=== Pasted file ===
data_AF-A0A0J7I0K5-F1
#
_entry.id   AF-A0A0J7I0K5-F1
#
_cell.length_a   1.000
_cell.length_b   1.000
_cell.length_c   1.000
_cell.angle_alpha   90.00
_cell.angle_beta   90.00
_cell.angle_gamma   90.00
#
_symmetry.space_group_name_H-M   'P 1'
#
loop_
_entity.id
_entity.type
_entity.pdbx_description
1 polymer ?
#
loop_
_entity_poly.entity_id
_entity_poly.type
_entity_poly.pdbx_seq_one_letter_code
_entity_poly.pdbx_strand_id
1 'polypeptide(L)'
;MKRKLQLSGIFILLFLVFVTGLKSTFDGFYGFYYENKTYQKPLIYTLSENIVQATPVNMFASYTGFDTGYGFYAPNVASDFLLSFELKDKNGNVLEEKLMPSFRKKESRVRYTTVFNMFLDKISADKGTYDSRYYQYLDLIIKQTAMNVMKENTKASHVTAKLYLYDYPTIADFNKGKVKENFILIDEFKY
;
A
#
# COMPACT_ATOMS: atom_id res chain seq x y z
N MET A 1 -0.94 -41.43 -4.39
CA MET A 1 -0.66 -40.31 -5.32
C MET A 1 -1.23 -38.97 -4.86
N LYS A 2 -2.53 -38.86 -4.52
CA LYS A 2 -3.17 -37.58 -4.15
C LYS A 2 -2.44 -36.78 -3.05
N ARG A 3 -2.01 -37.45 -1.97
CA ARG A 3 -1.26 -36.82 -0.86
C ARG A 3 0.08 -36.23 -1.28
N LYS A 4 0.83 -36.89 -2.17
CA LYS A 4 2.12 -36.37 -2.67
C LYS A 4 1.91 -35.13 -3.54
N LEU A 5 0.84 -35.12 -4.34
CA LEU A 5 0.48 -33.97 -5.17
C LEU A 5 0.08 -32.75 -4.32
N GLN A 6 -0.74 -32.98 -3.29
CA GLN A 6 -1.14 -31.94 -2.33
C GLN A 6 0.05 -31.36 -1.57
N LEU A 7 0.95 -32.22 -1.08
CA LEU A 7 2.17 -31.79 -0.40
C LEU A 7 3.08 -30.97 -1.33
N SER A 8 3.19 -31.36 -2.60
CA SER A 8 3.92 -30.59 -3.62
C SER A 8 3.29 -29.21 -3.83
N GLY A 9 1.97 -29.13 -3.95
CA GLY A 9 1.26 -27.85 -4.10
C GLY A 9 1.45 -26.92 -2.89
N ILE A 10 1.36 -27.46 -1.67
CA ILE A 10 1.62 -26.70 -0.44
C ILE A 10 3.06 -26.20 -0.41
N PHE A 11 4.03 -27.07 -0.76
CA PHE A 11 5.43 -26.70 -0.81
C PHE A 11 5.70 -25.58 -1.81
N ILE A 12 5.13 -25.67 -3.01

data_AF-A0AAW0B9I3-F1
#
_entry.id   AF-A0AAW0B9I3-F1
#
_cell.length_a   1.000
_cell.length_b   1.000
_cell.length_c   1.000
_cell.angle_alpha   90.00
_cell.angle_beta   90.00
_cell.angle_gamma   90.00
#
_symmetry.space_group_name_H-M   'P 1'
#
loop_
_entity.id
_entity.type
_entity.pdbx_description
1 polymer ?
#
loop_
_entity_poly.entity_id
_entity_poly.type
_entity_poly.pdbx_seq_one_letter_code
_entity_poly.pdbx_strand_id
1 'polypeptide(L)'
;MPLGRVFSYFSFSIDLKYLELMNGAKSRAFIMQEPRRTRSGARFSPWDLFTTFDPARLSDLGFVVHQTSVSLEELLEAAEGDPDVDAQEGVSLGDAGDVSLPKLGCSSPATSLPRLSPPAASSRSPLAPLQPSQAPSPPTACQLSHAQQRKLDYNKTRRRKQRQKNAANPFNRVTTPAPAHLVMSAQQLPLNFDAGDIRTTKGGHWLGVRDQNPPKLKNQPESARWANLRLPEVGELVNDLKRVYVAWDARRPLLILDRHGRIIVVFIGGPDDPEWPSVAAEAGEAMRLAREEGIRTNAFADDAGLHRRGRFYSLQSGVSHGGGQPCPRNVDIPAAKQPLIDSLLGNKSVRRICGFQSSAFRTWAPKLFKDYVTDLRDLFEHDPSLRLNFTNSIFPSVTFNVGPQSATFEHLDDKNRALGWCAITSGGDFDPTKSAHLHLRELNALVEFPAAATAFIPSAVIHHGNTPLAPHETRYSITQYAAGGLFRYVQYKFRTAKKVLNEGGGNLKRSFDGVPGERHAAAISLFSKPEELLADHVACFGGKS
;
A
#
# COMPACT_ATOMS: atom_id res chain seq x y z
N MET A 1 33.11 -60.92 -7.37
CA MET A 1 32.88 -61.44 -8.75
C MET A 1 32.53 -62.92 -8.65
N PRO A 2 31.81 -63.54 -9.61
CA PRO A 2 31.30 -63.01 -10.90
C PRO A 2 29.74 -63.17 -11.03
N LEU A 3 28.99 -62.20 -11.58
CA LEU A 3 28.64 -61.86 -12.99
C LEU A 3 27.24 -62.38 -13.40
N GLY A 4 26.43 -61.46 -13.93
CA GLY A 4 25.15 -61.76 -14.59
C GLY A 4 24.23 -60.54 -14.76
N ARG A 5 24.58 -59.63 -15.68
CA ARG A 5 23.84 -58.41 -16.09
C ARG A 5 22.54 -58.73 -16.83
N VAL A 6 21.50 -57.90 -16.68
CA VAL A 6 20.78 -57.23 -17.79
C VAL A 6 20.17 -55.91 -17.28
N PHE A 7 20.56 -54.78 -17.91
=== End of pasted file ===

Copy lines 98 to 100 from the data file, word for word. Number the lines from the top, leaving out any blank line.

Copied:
N PRO A 2 31.81 -63.54 -9.61
CA PRO A 2 31.30 -63.01 -10.90
C PRO A 2 29.74 -63.17 -11.03